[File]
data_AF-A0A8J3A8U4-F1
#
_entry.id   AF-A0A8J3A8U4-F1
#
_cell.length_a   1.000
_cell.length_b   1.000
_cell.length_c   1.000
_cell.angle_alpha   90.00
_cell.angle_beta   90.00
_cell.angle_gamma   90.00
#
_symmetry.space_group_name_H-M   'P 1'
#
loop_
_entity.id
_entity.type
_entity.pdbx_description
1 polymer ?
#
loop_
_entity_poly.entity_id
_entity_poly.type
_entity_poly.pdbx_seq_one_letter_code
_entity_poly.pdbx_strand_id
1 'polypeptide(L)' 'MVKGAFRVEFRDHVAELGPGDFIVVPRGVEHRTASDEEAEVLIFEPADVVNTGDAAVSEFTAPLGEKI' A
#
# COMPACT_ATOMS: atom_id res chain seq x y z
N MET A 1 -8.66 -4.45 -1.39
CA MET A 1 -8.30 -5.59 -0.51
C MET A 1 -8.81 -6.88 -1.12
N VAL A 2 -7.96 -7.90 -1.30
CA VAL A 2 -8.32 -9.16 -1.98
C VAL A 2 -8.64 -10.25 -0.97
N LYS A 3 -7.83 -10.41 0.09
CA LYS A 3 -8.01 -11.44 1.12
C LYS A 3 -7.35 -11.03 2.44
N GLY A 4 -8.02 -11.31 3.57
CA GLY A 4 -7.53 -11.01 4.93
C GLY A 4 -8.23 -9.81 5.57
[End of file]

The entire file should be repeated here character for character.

data_AF-A0A8J3A8U4-F1
#
_entry.id   AF-A0A8J3A8U4-F1
#
_cell.length_a   1.000
_cell.length_b   1.000
_cell.length_c   1.000
_cell.angle_alpha   90.00
_cell.angle_beta   90.00
_cell.angle_gamma   90.00
#
_symmetry.space_group_name_H-M   'P 1'
#
loop_
_entity.id
_entity.type
_entity.pdbx_description
1 polymer ?
#
loop_
_entity_poly.entity_id
_entity_poly.type
_entity_poly.pdbx_seq_one_letter_code
_entity_poly.pdbx_strand_id
1 'polypeptide(L)' 'MVKGAFRVEFRDHVAELGPGDFIVVPRGVEHRTASDEEAEVLIFEPADVVNTGDAAVSEFTAPLGEKI' A
#
# COMPACT_ATOMS: atom_id res chain seq x y z
N MET A 1 -8.66 -4.45 -1.39
CA MET A 1 -8.30 -5.59 -0.51
C MET A 1 -8.81 -6.88 -1.12
N VAL A 2 -7.96 -7.90 -1.30
CA VAL A 2 -8.32 -9.16 -1.98
C VAL A 2 -8.64 -10.25 -0.97
N LYS A 3 -7.83 -10.41 0.09
CA LYS A 3 -8.01 -11.44 1.12
C LYS A 3 -7.35 -11.03 2.44
N GLY A 4 -8.02 -11.31 3.57
CA GLY A 4 -7.53 -11.01 4.93
C GLY A 4 -8.23 -9.81 5.57